Compounding the problem in this case significantly is the interchange between the prosecutor and the district court's room clerk regarding the new sentencing cap of 151 months that the prosecutor intended to offer the defense. The parties agree that this conversation occurred and that the substance of the clerk's favorable reaction was conveyed to Kraus's counsel along with the offer, who in turn reported the clerk's remark to Kraus. Any attempt to solicit the room clerk's views on the proposal was, of course, improper, however benign the purpose of the inquiry may have been. Judicial employees, whether they be law clerks, secretaries, or courtroom deputy clerks, enjoy access to a judge's innermost thoughts (see Hall v. Small Business Admin., 695 F.2d 175, 179 (5th Cir. 1983)); they consequently bear a duty of loyalty and confidentiality that precludes them from opining how the judge will rule. Inviting an employee of the court to speculate on how the judge might react to a particular request or proposal is thus no more proper than asking the judge herself to so speculate. Of course, it may be the case that the prosecutor mentioned the new plea cap to the room clerk only inadvertently. But the appearance is one of a deliberate inquiry: why else mention the proposal to the clerk before it is even communicated to the defense if not to attempt to get some sense of how the court was likely to react before the new agreement was finalized, and why else pass on the clerk's reaction to the defense? Substituting the room clerk for the court, the sequence of events in this case is not so different from what took place in Crowder: the terms of an inchoate plea agreement were floated before the court, and only after a favorable response was received did the parties finalize their agreement and initiate a Rule 11 hearing. There is an even more serious ramification here, for as Kraus recounts events — and, again, his account is undisputed — his counsel cited the clerk's remark as a reason for Kraus to accept the new cap in lieu of the 135 months that Kraus had himself proposed. R. 36 para. 10C, D. Not just in appearance but in effect, then, the conversation between the prosecutor and the clerk influenced the parties' subsequent negotiation and finalization of the revised plea. That effect is precisely what Rule 11's proscription against judicial involvement in plea negotiations seeks to avoid.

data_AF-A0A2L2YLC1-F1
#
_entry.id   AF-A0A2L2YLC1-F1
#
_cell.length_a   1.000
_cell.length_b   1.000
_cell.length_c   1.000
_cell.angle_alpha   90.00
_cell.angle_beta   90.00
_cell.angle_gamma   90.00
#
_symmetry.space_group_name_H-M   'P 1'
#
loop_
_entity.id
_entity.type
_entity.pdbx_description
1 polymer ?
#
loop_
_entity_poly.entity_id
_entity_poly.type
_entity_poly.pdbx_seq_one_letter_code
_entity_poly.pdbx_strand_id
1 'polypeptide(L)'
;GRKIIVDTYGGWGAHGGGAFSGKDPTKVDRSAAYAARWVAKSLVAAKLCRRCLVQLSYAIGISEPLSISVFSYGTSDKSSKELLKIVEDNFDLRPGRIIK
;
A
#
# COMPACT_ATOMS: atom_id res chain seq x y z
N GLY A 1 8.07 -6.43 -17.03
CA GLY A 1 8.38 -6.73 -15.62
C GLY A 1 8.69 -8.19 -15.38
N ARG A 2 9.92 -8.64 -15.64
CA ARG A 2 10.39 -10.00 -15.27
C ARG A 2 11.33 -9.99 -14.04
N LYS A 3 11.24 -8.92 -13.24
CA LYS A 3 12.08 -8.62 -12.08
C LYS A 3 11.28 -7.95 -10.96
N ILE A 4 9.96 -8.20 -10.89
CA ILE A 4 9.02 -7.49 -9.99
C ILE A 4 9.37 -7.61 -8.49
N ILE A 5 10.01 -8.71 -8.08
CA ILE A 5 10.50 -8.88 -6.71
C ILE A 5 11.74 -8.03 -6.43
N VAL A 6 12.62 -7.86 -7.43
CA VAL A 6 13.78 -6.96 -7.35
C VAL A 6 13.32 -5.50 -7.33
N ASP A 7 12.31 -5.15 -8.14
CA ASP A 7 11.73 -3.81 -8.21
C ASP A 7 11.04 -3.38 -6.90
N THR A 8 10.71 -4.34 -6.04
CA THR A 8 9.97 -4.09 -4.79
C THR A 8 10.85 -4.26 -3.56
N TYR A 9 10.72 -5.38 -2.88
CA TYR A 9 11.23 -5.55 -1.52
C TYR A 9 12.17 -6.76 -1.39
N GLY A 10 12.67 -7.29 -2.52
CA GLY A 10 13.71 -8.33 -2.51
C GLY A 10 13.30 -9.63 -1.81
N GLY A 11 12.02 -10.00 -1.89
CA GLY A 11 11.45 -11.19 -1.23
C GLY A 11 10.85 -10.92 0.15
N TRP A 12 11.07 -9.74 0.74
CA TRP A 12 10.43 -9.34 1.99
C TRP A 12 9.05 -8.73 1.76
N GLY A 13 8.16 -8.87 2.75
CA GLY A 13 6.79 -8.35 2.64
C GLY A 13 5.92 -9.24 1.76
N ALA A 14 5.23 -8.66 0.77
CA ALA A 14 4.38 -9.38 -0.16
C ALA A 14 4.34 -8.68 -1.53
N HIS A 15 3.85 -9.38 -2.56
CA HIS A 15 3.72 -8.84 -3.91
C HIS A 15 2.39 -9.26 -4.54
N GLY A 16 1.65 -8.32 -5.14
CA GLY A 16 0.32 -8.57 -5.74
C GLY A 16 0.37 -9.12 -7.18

The conflicts and missteps of a judge's staff are not lightly imputed to the judge herself. See, e.g., Parker v. Connors Steel Corp., 855 F.2d 1510, 1525 (11th Cir. 1988), cert. denied, 490 U.S. 1066, 109 S.Ct. 2066 (1989). We reiterate that there is no evidence that the district judge herself was even aware of, let alone endorsed, the room clerk's remark that the 151-month cap had "credence." On the contrary, the clerk to her credit admonished the prosecutor that she could not predict what the judge would have to say about that new cap. Nor do we for a moment think that the clerk's own opinion as to the new cap had any impact upon the judge's subsequent evaluation and approval of the plea agreement. Even so, coming from an employee of the court who occupies a position of enormous trust, any opinion voiced by the clerk was bound to carry far greater weight than the opinion of a mere bystander. Accurately or not, a party and its counsel are quite likely to perceive that the clerk's opinion as to a matter pending before the court is founded in some measure on the clerk's knowledge of and insight into the judge's thoughts. Cf. Hall, 695 F.2d at 179 ("Law clerks are not merely the judge's errand runners. . . . Clerks are privy to the judge's thoughts in a way that neither parties to the lawsuit nor his most intimate family members may be."); Fredonia Broadcasting Corp. v. RCA Corp., 569 F.2d 251, 256 (5th Cir.), cert. denied, 439 U.S. 859, 99 S.Ct. 177 (1978) (same). Had she lacked the status of an "insider," the clerk's thoughts as to the "credence" of the new sentencing cap would not have merited disclosure to defense counsel and again to the defendant.
Indeed, we should note that at argument, the government indicated that the prosecutor disclosed the details of the proposed cap only after the clerk herself asked about it. The prosecutor's affidavit, however, does not indicate that the disclosure was triggered by the clerk's inquiry. R. 67 Affidavit para. 5.